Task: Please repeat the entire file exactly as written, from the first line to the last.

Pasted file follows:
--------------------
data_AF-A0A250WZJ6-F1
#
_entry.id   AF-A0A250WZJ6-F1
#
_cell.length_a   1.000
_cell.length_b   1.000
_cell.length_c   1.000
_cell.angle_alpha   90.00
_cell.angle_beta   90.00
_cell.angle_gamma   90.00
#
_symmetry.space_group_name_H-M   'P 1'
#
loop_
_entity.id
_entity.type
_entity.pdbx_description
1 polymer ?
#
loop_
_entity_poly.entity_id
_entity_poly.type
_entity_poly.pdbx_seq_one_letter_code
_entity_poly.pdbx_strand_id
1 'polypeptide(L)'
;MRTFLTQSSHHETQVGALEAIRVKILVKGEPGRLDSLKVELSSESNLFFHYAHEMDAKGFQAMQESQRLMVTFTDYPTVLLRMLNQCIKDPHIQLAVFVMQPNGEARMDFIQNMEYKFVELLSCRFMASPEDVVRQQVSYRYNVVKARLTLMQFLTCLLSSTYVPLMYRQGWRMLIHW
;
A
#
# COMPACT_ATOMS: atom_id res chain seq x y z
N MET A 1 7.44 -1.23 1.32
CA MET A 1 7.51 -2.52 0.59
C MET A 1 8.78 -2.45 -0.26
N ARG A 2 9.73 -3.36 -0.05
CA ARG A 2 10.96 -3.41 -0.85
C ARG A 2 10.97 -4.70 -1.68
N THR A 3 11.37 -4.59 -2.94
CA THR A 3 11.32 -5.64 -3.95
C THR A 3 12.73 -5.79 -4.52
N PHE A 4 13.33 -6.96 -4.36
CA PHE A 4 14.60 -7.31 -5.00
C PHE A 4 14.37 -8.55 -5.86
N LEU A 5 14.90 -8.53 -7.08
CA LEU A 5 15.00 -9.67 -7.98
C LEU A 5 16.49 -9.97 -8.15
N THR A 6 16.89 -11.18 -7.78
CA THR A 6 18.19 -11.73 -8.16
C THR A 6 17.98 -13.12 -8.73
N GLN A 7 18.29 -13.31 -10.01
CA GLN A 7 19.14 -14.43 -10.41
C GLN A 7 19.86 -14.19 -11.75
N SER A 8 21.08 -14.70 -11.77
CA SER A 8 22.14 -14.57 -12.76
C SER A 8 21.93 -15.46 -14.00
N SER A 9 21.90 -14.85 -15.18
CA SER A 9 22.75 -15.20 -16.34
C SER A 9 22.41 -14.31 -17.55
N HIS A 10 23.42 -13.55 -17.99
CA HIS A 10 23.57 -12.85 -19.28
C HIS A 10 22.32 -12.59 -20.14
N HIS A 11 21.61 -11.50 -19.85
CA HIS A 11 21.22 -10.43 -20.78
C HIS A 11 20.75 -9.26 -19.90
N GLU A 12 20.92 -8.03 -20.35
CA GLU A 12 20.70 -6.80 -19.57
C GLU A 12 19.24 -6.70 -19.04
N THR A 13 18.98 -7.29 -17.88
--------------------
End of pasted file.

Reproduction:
data_AF-A0A250WZJ6-F1
#
_entry.id   AF-A0A250WZJ6-F1
#
_cell.length_a   1.000
_cell.length_b   1.000
_cell.length_c   1.000
_cell.angle_alpha   90.00
_cell.angle_beta   90.00
_cell.angle_gamma   90.00
#
_symmetry.space_group_name_H-M   'P 1'
#
loop_
_entity.id
_entity.type
_entity.pdbx_description
1 polymer ?
#
loop_
_entity_poly.entity_id
_entity_poly.type
_entity_poly.pdbx_seq_one_letter_code
_entity_poly.pdbx_strand_id
1 'polypeptide(L)'
;MRTFLTQSSHHETQVGALEAIRVKILVKGEPGRLDSLKVELSSESNLFFHYAHEMDAKGFQAMQESQRLMVTFTDYPTVLLRMLNQCIKDPHIQLAVFVMQPNGEARMDFIQNMEYKFVELLSCRFMASPEDVVRQQVSYRYNVVKARLTLMQFLTCLLSSTYVPLMYRQGWRMLIHW
;
A
#
# COMPACT_ATOMS: atom_id res chain seq x y z
N MET A 1 7.44 -1.23 1.32
CA MET A 1 7.51 -2.52 0.59
C MET A 1 8.78 -2.45 -0.26
N ARG A 2 9.73 -3.36 -0.05
CA ARG A 2 10.96 -3.41 -0.85
C ARG A 2 10.97 -4.70 -1.68
N THR A 3 11.37 -4.59 -2.94
CA THR A 3 11.32 -5.64 -3.95
C THR A 3 12.73 -5.79 -4.52
N PHE A 4 13.33 -6.96 -4.36
CA PHE A 4 14.60 -7.31 -5.00
C PHE A 4 14.37 -8.55 -5.86
N LEU A 5 14.90 -8.53 -7.08
CA LEU A 5 15.00 -9.67 -7.98
C LEU A 5 16.49 -9.97 -8.15
N THR A 6 16.89 -11.18 -7.78
CA THR A 6 18.19 -11.73 -8.16
C THR A 6 17.98 -13.12 -8.73
N GLN A 7 18.29 -13.31 -10.01
CA GLN A 7 19.14 -14.43 -10.41
C GLN A 7 19.86 -14.19 -11.75
N SER A 8 21.08 -14.70 -11.77
CA SER A 8 22.14 -14.57 -12.76
C SER A 8 21.93 -15.46 -14.00
N SER A 9 21.90 -14.85 -15.18
CA SER A 9 22.75 -15.20 -16.34
C SER A 9 22.41 -14.31 -17.55
N HIS A 10 23.42 -13.55 -17.99
CA HIS A 10 23.57 -12.85 -19.28
C HIS A 10 22.32 -12.59 -20.14
N HIS A 11 21.61 -11.50 -19.85
CA HIS A 11 21.22 -10.43 -20.78
C HIS A 11 20.75 -9.26 -19.90
N GLU A 12 20.92 -8.03 -20.35
CA GLU A 12 20.70 -6.80 -19.57
C GLU A 12 19.24 -6.70 -19.04
N THR A 13 18.98 -7.29 -17.88